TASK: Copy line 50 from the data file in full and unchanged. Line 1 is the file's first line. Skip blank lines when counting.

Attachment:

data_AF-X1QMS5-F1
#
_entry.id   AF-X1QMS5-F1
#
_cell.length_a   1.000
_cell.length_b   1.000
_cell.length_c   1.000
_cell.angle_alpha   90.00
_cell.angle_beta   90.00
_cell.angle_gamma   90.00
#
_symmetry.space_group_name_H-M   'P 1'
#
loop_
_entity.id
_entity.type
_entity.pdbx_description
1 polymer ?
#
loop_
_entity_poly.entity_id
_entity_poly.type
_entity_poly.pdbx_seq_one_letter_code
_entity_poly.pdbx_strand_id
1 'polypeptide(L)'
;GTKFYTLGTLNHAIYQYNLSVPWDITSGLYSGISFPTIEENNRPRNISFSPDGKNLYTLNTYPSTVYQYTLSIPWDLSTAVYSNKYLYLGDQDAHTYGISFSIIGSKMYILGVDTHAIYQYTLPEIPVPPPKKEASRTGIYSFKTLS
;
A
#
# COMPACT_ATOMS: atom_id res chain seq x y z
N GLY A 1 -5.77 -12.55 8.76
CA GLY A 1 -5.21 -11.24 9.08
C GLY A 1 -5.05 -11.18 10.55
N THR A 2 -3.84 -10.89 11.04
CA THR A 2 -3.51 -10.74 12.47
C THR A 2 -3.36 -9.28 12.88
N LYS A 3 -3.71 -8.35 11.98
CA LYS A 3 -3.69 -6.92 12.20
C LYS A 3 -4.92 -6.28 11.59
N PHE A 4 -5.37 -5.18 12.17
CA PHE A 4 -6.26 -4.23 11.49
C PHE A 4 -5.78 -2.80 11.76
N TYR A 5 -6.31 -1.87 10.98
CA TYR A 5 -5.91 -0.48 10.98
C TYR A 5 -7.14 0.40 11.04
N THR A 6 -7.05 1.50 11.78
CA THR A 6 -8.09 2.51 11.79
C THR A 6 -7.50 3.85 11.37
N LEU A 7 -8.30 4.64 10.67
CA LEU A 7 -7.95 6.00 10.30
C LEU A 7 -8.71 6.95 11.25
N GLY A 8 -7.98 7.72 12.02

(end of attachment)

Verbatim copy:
CA LEU A 7 -7.95 6.00 10.30